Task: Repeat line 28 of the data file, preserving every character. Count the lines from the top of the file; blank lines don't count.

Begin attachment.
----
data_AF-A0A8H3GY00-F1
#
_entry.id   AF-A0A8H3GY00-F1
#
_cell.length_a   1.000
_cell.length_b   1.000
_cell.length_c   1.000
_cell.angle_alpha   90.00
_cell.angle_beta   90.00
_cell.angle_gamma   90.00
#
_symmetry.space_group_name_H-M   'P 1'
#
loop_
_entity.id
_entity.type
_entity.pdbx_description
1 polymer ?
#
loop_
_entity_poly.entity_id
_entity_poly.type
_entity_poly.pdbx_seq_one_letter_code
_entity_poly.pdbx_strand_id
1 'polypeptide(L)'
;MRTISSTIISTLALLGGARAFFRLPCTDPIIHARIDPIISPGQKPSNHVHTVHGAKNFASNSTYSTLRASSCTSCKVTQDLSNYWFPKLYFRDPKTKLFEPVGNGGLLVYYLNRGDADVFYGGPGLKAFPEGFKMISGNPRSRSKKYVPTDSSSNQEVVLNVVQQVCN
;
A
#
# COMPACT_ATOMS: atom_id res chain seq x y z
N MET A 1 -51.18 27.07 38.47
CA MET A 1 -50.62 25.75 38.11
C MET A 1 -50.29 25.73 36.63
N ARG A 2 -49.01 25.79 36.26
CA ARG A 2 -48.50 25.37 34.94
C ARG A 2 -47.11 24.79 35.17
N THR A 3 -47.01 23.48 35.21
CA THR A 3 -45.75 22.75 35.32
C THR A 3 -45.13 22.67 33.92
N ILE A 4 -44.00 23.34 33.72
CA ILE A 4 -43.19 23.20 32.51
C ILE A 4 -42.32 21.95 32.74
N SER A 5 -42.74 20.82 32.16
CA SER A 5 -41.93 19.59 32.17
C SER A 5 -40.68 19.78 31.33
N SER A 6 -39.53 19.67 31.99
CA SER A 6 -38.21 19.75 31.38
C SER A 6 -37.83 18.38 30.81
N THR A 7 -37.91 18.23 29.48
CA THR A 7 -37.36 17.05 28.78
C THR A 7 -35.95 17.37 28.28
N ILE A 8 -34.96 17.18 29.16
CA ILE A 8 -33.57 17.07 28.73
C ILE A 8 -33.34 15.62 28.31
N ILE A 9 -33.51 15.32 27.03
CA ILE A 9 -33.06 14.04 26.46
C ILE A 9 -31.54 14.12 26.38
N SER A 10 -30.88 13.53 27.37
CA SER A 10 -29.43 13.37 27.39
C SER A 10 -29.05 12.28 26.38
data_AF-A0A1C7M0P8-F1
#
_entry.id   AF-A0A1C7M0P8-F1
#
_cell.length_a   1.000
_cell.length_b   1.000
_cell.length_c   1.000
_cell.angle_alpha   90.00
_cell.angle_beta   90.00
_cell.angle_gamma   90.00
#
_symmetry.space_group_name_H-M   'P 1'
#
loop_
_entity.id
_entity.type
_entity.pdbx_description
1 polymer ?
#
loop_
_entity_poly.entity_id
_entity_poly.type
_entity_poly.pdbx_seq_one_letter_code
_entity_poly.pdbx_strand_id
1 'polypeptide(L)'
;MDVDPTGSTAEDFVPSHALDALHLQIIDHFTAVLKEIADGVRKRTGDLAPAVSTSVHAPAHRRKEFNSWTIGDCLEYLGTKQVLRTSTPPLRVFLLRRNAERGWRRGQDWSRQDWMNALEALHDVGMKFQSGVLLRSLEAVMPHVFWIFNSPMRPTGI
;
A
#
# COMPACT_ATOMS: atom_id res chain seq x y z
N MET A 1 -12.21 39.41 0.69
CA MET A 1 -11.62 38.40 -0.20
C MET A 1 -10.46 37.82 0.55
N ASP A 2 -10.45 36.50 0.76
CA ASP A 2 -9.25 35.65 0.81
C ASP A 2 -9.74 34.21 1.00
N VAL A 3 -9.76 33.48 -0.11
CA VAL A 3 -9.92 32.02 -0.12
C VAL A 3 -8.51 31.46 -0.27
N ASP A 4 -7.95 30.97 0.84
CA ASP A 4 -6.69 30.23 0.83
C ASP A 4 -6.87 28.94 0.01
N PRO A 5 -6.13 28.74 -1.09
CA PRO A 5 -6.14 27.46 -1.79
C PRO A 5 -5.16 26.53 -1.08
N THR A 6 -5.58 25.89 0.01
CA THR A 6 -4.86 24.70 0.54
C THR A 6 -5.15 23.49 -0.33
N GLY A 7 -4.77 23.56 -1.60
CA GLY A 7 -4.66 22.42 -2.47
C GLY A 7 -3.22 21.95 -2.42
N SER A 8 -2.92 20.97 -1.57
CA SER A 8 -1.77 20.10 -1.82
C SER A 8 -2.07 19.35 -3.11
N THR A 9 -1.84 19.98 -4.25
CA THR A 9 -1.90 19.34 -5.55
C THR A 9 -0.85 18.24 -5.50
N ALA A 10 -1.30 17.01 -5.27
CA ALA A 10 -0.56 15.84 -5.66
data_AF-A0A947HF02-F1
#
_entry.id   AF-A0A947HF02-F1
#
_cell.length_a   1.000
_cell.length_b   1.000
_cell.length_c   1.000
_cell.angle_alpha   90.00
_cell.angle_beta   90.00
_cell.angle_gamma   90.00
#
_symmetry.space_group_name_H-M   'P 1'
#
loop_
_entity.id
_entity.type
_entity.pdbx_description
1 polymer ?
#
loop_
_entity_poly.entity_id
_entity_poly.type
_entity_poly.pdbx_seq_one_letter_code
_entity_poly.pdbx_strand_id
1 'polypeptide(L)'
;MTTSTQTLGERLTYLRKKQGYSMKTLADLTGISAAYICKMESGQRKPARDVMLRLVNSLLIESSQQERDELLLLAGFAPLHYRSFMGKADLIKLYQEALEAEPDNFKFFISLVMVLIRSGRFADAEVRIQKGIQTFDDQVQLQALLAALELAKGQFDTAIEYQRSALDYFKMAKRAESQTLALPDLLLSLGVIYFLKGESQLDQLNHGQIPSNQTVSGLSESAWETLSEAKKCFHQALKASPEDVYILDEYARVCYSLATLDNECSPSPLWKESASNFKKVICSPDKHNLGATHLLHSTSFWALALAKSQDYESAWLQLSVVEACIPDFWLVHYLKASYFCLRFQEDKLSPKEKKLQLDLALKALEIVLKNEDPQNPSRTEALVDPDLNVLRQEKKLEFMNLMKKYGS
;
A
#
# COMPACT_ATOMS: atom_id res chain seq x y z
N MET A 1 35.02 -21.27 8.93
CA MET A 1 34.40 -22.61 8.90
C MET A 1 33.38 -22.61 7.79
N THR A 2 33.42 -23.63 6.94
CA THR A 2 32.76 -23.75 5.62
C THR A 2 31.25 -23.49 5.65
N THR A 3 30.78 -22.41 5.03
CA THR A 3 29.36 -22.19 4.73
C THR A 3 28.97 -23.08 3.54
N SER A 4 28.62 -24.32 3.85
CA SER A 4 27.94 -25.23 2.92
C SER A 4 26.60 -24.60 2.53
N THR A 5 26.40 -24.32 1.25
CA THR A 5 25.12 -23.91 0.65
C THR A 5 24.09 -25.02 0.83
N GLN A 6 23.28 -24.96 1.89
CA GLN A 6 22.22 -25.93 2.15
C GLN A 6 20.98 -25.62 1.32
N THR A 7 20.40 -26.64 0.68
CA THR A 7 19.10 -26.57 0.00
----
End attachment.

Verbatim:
A